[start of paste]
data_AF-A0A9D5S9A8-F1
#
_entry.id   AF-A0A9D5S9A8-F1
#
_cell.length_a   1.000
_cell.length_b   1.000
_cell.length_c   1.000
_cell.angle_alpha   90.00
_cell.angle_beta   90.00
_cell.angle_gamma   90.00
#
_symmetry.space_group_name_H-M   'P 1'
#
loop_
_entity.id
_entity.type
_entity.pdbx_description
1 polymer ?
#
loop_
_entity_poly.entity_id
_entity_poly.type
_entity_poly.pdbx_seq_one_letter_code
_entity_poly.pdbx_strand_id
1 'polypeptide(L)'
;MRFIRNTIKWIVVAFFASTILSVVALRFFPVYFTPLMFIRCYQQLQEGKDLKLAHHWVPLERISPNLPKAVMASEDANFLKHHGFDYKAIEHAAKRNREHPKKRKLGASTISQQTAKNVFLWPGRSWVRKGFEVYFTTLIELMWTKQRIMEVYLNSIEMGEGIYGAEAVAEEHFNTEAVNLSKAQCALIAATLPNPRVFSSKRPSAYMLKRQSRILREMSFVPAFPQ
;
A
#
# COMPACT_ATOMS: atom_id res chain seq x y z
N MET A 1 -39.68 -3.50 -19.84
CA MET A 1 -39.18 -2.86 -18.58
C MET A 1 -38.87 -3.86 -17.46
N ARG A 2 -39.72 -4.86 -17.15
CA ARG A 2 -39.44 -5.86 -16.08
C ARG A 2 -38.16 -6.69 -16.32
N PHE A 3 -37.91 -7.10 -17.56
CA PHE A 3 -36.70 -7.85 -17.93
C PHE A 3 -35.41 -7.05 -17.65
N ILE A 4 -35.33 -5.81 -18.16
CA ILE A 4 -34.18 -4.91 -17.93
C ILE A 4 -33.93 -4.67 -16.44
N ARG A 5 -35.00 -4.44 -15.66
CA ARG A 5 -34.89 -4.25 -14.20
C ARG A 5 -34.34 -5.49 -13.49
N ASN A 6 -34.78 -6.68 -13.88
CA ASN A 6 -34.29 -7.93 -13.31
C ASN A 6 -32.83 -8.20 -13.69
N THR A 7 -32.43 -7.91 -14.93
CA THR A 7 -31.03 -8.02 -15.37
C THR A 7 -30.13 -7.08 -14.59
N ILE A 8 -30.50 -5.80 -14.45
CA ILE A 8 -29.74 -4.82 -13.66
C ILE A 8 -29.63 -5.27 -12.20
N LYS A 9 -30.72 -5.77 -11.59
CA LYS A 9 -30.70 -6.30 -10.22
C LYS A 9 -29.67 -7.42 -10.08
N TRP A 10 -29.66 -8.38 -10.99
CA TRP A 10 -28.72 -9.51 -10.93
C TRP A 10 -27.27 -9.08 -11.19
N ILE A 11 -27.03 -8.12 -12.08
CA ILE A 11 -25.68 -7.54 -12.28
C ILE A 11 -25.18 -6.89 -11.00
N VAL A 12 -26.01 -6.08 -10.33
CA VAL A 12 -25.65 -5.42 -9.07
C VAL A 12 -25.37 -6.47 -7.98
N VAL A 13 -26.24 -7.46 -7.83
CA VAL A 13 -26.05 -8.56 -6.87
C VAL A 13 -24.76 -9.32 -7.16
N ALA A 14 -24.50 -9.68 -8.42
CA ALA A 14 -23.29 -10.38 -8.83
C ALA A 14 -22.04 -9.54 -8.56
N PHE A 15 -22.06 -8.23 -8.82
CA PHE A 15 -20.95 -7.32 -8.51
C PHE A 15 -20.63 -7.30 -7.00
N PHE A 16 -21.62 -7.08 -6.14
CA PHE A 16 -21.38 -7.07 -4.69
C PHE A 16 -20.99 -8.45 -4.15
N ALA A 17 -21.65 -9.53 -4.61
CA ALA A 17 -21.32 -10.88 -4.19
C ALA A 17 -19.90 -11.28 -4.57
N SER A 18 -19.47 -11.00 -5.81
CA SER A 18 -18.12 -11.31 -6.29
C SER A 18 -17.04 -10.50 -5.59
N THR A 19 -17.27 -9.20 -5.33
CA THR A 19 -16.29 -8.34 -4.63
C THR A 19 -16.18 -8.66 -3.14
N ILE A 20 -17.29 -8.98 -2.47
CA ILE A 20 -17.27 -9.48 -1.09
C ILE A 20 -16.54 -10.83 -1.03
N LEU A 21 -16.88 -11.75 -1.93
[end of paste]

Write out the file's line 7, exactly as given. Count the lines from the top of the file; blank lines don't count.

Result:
_cell.length_c   1.000